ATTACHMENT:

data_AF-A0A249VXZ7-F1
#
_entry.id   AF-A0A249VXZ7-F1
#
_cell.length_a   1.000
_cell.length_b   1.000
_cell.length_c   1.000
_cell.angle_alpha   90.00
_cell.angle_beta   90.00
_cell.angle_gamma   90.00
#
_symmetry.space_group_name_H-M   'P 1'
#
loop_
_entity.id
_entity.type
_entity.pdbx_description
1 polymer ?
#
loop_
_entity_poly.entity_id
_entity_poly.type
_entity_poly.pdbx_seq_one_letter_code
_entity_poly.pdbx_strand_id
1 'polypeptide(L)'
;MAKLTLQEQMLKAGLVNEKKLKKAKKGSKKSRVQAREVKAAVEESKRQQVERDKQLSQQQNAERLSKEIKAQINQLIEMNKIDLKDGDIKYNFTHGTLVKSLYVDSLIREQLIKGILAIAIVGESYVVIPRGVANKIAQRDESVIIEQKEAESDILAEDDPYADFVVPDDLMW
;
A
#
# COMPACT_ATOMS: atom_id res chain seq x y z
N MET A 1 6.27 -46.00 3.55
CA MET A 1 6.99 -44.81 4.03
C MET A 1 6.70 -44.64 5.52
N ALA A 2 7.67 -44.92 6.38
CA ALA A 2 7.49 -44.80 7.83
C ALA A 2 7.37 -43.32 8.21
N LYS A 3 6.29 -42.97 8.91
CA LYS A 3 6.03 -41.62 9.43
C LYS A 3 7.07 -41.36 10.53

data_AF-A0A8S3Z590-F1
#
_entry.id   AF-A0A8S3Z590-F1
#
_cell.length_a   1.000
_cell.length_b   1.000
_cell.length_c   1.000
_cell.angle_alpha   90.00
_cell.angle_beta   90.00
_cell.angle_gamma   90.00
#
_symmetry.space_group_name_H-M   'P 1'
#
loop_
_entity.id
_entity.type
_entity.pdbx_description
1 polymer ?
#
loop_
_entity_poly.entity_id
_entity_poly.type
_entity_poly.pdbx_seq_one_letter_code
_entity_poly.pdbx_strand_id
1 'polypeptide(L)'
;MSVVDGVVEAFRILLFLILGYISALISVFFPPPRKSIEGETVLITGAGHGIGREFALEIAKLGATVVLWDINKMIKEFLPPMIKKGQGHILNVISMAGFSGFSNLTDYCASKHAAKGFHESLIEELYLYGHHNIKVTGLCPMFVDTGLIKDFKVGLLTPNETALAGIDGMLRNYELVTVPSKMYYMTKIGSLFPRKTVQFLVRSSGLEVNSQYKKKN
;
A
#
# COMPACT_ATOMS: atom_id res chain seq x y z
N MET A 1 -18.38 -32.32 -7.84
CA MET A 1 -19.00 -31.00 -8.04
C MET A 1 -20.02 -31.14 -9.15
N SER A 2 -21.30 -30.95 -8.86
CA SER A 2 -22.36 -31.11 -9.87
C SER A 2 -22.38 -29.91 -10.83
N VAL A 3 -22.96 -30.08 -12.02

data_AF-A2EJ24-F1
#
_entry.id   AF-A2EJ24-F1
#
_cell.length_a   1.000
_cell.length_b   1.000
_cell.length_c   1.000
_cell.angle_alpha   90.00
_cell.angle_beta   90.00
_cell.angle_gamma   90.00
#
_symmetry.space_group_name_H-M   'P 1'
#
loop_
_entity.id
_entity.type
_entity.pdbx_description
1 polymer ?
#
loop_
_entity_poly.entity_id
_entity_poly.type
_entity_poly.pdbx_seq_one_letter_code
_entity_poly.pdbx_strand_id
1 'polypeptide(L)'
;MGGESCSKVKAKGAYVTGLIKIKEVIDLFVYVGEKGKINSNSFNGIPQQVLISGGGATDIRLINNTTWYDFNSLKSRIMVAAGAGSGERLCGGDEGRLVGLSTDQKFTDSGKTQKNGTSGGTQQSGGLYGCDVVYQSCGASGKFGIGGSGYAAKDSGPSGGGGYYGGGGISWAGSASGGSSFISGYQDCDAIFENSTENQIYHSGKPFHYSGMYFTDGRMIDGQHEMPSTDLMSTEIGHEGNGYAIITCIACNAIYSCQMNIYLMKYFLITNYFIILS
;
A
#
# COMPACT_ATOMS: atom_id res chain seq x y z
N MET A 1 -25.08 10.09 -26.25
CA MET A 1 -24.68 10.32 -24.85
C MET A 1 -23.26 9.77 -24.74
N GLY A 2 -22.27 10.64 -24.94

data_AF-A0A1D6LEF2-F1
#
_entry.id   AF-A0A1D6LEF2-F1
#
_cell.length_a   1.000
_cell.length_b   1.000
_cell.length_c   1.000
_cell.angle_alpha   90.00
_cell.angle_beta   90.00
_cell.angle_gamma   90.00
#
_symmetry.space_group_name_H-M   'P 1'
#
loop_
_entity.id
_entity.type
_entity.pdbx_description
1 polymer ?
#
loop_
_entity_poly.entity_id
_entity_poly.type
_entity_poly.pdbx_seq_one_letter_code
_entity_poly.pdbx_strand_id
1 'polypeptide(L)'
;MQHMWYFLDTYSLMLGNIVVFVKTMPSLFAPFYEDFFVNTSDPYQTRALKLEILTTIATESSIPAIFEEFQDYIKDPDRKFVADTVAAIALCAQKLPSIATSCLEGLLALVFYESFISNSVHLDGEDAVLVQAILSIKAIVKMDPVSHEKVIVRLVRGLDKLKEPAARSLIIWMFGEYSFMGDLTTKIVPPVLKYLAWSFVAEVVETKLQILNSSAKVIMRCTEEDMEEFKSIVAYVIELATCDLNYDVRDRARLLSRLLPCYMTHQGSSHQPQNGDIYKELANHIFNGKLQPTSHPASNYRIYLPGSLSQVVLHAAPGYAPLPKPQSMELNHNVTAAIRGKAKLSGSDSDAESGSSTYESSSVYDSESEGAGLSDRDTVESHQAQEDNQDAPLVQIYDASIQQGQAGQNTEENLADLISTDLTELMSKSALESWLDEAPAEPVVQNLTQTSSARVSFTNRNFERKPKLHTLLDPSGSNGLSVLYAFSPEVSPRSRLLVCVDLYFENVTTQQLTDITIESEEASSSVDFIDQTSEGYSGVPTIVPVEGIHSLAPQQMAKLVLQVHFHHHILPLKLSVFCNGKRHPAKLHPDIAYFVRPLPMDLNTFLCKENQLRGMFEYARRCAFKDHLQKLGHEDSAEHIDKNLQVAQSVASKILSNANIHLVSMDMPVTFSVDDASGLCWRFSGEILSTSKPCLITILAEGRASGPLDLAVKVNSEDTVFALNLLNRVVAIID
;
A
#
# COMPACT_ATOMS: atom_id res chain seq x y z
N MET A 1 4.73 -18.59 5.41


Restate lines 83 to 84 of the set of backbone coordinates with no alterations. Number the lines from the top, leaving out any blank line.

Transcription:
_cell.length_c   1.000
_cell.angle_alpha   90.00